Adaptability was the order of the day as Unai Emery’s resilient Arsenal eased their way to a 2-1 victory at Bournemouth on Sunday.
The sort of fixture the Gunners were like to have thrown away last season, there was a measure of control in the way Emery’s men went about their work on the south coast, even if they relied on a little slice of good luck to see them through.
It was much-needed shot in the arm for the team coming off the back of four draws in five games, a run which wobbled a bit of confidence among fans buoyed by the positive way in which the team had started its new era.
And, but for some truly Arsenal-esque stuff in the final 10 minutes, it was a performance which saw the Gunners exert a measure of control over the hosts, keeping them under pressure while nullifying the greater part of their attacking threat.
Greater defensive solidity was a key concern for many ahead of the match, particularly in light of the way teams had been carving out very presentable opportunities against us in that mini run of draws which gave us all the jitters.
Clearly, Emery is a man who does his homework and is not so preoccupied with matters at the top end of the pitch that he is above addressing the shortcomings at the defensive end.
The switch to a back three was one acknowledgement of the problems we had been facing in the last month or so and, while not perfect, it was a bold move and one which the players seemed to take to. It certainly seemed to have an impact on our defending, along with a greater sense of responsibility from some of our players occupying the wide positions.
Whether 3-4-3 will serve as our go-to formation in the months ahead, or whether the manager will look to change as needed, remains to be seen but having that level of flexibility and adaptability would seem to be an advantage.
Coming from a regime in which formation changes were seen as an epoch-shift, it is refreshing indeed to see someone so willing to make tweaks and changes in response to the needs of the team. Over-tinkering is not always best, of course, but in this case it seems to be effective.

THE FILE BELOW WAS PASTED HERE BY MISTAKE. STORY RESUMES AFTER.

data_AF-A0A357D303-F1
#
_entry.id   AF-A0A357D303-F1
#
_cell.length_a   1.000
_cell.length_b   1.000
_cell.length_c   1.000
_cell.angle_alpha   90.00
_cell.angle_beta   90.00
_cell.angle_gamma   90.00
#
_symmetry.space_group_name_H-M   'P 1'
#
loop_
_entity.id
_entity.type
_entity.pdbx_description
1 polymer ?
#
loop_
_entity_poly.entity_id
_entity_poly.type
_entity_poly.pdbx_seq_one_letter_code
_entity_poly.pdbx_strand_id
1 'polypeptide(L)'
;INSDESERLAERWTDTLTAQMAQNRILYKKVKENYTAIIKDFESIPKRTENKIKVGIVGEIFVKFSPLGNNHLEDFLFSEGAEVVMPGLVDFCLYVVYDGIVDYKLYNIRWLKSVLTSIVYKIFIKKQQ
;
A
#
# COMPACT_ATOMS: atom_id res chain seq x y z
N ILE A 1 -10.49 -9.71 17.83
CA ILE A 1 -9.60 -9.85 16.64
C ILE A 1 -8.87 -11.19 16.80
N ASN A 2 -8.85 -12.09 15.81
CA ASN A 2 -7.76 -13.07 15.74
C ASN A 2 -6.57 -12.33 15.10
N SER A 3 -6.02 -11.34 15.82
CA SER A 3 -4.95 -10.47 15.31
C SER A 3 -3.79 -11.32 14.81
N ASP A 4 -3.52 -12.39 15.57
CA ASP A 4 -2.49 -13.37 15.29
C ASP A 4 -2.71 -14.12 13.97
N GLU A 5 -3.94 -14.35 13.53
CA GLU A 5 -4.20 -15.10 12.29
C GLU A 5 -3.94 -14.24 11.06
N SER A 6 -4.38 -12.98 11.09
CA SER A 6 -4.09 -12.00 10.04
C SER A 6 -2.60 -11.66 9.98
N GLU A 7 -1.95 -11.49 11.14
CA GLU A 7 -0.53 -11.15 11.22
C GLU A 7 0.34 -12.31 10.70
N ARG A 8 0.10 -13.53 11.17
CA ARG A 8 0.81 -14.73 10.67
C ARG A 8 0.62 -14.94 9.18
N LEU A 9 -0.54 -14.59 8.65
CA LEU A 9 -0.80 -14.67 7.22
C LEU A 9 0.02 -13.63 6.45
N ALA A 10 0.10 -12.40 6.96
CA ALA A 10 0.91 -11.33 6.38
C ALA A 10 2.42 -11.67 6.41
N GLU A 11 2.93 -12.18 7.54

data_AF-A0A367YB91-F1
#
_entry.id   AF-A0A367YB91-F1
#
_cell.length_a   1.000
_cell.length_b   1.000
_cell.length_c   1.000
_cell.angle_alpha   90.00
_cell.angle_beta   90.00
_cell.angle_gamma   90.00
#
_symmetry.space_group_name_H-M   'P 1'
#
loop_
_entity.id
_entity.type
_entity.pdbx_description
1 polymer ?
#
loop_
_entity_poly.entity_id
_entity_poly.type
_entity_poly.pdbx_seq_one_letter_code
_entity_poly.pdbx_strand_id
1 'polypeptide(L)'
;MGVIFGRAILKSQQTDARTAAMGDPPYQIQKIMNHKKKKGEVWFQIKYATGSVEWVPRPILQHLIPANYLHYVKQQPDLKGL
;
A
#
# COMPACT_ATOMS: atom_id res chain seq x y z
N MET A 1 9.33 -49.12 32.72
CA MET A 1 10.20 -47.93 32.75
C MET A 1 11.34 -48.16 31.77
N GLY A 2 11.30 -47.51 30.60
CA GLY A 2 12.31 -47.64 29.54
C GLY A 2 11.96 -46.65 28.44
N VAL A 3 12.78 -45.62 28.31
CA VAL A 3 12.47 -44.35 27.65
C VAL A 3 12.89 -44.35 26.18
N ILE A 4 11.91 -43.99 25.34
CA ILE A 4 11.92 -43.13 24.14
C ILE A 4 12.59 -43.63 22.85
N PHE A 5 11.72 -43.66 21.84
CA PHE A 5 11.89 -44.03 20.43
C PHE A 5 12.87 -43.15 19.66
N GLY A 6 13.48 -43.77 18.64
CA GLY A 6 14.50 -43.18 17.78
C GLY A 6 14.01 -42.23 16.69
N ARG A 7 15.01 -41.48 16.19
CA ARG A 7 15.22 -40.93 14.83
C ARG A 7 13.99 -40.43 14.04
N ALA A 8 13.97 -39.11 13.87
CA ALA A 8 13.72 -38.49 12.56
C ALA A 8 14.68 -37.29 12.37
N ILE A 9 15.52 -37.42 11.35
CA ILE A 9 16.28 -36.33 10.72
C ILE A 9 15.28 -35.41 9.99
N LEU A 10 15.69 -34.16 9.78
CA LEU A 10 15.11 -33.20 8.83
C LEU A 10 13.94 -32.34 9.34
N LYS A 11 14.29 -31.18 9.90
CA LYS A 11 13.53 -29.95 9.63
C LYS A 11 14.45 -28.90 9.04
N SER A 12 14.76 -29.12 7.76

I still believe, as many others do, that we are one or two players short of mounting a serious and sustained top four challenge and I believe those new recruits may be defensive ones.
A high-calibre central defender and a left back to match could iron out what remains of the wrinkles of the Arsene Wenger era. Such recruits would not make us perfect, but they would, hopefully, remove the tendency we have to do silly things in big moments in crucial areas of the pitch.
Until those appointments are made, however, we must play the hand we are dealt and it is certainly not the worse hand at the table. I had expected Bournemouth to pose much more of a threat than they ultimately did but the way in which we kept control of the ball for long periods ensured they seldom found enough momentum to really turn the screw. That was as impressive as it was unexpected.
Our ball recoveries and interceptions were also good, as was our passing in general. Moving the ball intelligently out of defence has been something of a problem against higher-pressing teams but not so on Sunday. Our back three rarely overcomplicated and were always in good positions to receive the ball when needed.
Lucas Torriera and Granit Xhaka (despite another few of his lapses) made for an excellent combination in the centre of the pitch and are going the right way about making those starting berths their own.
The performance was only really peppered with a few negatives, the foremost of those being our decision making. At 2-1, we had two of three excellent chances to put the points beyond doubt but those were spurned carelessly. Both Pierre-Emerick Aubameyang and Henrikh Mhikitaryan were especially culpable, with both proving rash when well placed to score.
While it ultimately didn’t prove costly, efficiency in front of goal is absolutely vital over the course of a season and, at the very least, you have to hope players of their talent can find the target on the majority of occasion, particularly in those ‘big chance’ scenarios.
That aside, we can all look back on a victory with a good deal of satisfaction, a victory that opens up some daylight between us and the mid-table pretenders, a group into which defeat could have seen us tumble.